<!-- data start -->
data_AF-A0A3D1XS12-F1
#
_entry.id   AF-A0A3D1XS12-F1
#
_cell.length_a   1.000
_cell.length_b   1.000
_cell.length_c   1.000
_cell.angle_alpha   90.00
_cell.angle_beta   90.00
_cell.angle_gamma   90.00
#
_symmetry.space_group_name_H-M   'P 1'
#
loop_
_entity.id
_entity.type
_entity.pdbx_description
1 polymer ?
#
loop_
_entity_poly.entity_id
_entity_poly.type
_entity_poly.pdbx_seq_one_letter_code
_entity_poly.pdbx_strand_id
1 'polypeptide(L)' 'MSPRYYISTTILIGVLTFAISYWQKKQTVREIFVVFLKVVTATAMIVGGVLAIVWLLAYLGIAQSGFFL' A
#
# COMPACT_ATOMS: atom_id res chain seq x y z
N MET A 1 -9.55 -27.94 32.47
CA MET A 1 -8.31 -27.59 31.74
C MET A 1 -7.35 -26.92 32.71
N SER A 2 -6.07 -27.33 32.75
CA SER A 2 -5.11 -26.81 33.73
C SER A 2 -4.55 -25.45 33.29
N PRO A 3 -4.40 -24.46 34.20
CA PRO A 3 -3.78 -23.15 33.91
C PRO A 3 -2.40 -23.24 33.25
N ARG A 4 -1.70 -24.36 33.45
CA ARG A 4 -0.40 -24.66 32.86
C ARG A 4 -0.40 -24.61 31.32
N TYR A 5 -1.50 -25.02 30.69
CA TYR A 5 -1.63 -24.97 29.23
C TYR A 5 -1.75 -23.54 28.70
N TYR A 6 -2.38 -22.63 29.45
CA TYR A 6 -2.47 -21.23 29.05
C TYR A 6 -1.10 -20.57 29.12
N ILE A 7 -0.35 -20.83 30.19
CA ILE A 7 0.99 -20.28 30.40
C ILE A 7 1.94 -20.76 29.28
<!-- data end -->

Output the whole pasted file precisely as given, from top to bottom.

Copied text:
data_AF-A0A3D1XS12-F1
#
_entry.id   AF-A0A3D1XS12-F1
#
_cell.length_a   1.000
_cell.length_b   1.000
_cell.length_c   1.000
_cell.angle_alpha   90.00
_cell.angle_beta   90.00
_cell.angle_gamma   90.00
#
_symmetry.space_group_name_H-M   'P 1'
#
loop_
_entity.id
_entity.type
_entity.pdbx_description
1 polymer ?
#
loop_
_entity_poly.entity_id
_entity_poly.type
_entity_poly.pdbx_seq_one_letter_code
_entity_poly.pdbx_strand_id
1 'polypeptide(L)' 'MSPRYYISTTILIGVLTFAISYWQKKQTVREIFVVFLKVVTATAMIVGGVLAIVWLLAYLGIAQSGFFL' A
#
# COMPACT_ATOMS: atom_id res chain seq x y z
N MET A 1 -9.55 -27.94 32.47
CA MET A 1 -8.31 -27.59 31.74
C MET A 1 -7.35 -26.92 32.71
N SER A 2 -6.07 -27.33 32.75
CA SER A 2 -5.11 -26.81 33.73
C SER A 2 -4.55 -25.45 33.29
N PRO A 3 -4.40 -24.46 34.20
CA PRO A 3 -3.78 -23.15 33.91
C PRO A 3 -2.40 -23.24 33.25
N ARG A 4 -1.70 -24.36 33.45
CA ARG A 4 -0.40 -24.66 32.86
C ARG A 4 -0.40 -24.61 31.32
N TYR A 5 -1.50 -25.02 30.69
CA TYR A 5 -1.63 -24.97 29.23
C TYR A 5 -1.75 -23.54 28.70
N TYR A 6 -2.38 -22.63 29.45
CA TYR A 6 -2.47 -21.23 29.05
C TYR A 6 -1.10 -20.57 29.12
N ILE A 7 -0.35 -20.83 30.19
CA ILE A 7 0.99 -20.28 30.40
C ILE A 7 1.94 -20.76 29.28